This is my maternal grandfather — not the guy who kept the calendars, in other words, but my other grandpa.

I think he was a more frequent player of the numbers than my other grandfather was. And on either Dec. 30 or 31, 1982, he lit up the Connecticut Lottery to the tune of $32,000.

(At least, that’s the amount on the check he’s holding a couple of days later. That’s probably after taxes. Not sure what his “announced total” would have been.)

I imagine the lottery got more out of him over the long run than he got out of them. Still, I present his picture just to acknowledge that, every once in a blue moon, people do get lucky.

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The title of today’s post is a reference to this regionally renowned writer. I might have become the next him, if I’d never been to Boston.

Last month, I set out on a rural, rolling New York state highway to fulfill a personal quest.

I was visiting my folks’ cottage on Keuka Lake for possibly the last time, after 30 years of summer visits. (My folks are considering ditching New York for a more competently run and intelligently financed state.)

So I brought a camera with me and spent several hours driving from Penn Yan south to Bath, taking pictures of (mostly mundane) sights and places I remember from all those years. If I wasn’t going to get back there, I was gonna get some stuff down on film, as a lasting record.

I had my grandfather — the ostensible subject of this blog — in mind the whole time, for two reasons.

First, I took most of my pictures with a Pentax K1000 film SLR that used to be his.

K1000s are brilliant machines, as simple and solid as straight razors. While my SLR skills are primitive (I’m not great with straight razors either), I plan to use mine until it is no longer cost-effective to operate, because I like what it is and what it does.

I also knew I was following in my grandpa’s footsteps in terms of subject matter.

About two weeks before I left for Keuka, I looked at a DVD of my grandfather’s old slides, scanned in by my dad. I was surprised to find that my grandfather, in the early 1980s, had already taken some of the pictures I planned to take to capture my Finger Lakes memories.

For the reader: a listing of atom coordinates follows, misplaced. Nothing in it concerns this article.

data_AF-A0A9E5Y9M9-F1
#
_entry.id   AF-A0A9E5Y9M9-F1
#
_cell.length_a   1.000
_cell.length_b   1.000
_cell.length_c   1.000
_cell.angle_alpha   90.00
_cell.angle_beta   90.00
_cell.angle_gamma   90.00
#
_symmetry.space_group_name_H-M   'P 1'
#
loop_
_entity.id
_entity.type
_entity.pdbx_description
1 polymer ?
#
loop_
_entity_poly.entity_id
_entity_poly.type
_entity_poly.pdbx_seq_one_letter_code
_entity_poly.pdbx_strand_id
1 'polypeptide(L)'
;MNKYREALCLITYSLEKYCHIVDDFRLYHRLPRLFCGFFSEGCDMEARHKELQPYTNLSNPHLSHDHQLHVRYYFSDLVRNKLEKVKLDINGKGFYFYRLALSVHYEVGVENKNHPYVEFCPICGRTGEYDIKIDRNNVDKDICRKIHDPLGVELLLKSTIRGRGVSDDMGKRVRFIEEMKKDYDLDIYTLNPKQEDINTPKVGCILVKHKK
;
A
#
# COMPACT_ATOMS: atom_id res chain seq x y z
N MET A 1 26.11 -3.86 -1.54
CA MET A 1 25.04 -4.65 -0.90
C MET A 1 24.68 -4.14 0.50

He took the hell out of ’em, too — he got a gorgeous day and he knew what to do with it. (The day I picked for my shooting journey was overcast, not that that’s any excuse for the pictures I ended up with.)

I tried not to take any picture exactly as my grandfather had. Instead, I tried to capture some images that would preserve my memories and bring the Keuka ambiance to mind.

I think he might have found a few of mine worth considering for the family scrapbook. Here are some of our best. You can click them to enlarge — and his, you’ll want to:

Circa 1983. You can forget about the rest of the gallery and just look at this one if you want.

2011. I imagined this to be an old schoolhouse. I went up close to it and looked through the window; there was a wooden rowboat inside.

Circa 1983.

2011. No lake to be seen, but I like it anyway. Back roads are part of the trip too.

Field of Grass

Circa 1983

2011. You can almost smell the Queen Anne's lace ... if Queen Anne's lace actually smelled like anything, that is.

Circa 1983. View from my folks' dock.

2011. Different dock at a different cottage; similar view. I took this one with a toy plastic camera, hence the vignetting and general lo-fi funk. His pictures are 30 years old and look timeless; mine are two weeks old and look 30.

I suspect I have accomplished little with this exercise except to convince my readers that I’m not a good enough photographer to hold my grandpa’s flashbulb.

Still, if anyone’s inclined to see it, the full photographic record of my Finger Lakes journey can be seen here. I think I’ve nailed down most of the captions so they explain why some of this boring stuff felt to me like it was worth photographing.

My grandfather didn’t need words to explain why he took pictures of something. It shone through when you looked at his prints.

In a world full of people with my grandfather’s talent, there would be no need for writers. Thankfully, only some people have that gift.

The rest of us aspire, and hunt, and peck.